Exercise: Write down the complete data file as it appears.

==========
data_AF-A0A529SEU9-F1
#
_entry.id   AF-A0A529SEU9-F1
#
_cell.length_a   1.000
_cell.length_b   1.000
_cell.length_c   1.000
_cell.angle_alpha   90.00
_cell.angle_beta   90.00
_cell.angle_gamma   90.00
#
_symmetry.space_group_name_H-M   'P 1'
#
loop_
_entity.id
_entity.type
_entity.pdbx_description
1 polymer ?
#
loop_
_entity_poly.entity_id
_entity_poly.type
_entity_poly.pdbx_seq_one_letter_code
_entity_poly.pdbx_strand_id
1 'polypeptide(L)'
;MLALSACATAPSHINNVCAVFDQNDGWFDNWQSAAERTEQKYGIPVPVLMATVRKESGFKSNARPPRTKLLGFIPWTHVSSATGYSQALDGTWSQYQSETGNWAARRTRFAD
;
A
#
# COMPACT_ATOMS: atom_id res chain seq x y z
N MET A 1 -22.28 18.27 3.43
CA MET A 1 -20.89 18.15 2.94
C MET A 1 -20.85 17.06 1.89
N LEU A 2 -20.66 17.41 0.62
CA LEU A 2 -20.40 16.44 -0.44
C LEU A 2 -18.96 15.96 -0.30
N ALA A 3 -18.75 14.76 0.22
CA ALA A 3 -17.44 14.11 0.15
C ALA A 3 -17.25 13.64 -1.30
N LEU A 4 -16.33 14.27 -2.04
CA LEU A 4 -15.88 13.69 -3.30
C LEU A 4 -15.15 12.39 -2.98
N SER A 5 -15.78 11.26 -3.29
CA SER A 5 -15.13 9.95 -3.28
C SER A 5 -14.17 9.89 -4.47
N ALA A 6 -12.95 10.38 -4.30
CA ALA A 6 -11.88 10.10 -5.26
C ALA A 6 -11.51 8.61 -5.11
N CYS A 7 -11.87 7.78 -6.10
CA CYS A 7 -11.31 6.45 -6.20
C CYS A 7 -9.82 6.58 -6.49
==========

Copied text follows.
data_AF-A0A529SEU9-F1
#
_entry.id   AF-A0A529SEU9-F1
#
_cell.length_a   1.000
_cell.length_b   1.000
_cell.length_c   1.000
_cell.angle_alpha   90.00
_cell.angle_beta   90.00
_cell.angle_gamma   90.00
#
_symmetry.space_group_name_H-M   'P 1'
#
loop_
_entity.id
_entity.type
_entity.pdbx_description
1 polymer ?
#
loop_
_entity_poly.entity_id
_entity_poly.type
_entity_poly.pdbx_seq_one_letter_code
_entity_poly.pdbx_strand_id
1 'polypeptide(L)'
;MLALSACATAPSHINNVCAVFDQNDGWFDNWQSAAERTEQKYGIPVPVLMATVRKESGFKSNARPPRTKLLGFIPWTHVSSATGYSQALDGTWSQYQSETGNWAARRTRFAD
;
A
#
# COMPACT_ATOMS: atom_id res chain seq x y z
N MET A 1 -22.28 18.27 3.43
CA MET A 1 -20.89 18.15 2.94
C MET A 1 -20.85 17.06 1.89
N LEU A 2 -20.66 17.41 0.62
CA LEU A 2 -20.40 16.44 -0.44
C LEU A 2 -18.96 15.96 -0.30
N ALA A 3 -18.75 14.76 0.22
CA ALA A 3 -17.44 14.11 0.15
C ALA A 3 -17.25 13.64 -1.30
N LEU A 4 -16.33 14.27 -2.04
CA LEU A 4 -15.88 13.69 -3.30
C LEU A 4 -15.15 12.39 -2.98
N SER A 5 -15.78 11.26 -3.29
CA SER A 5 -15.13 9.95 -3.28
C SER A 5 -14.17 9.89 -4.47
N ALA A 6 -12.95 10.38 -4.30
CA ALA A 6 -11.88 10.10 -5.26
C ALA A 6 -11.51 8.61 -5.11
N CYS A 7 -11.87 7.78 -6.10
CA CYS A 7 -11.31 6.45 -6.20
C CYS A 7 -9.82 6.58 -6.49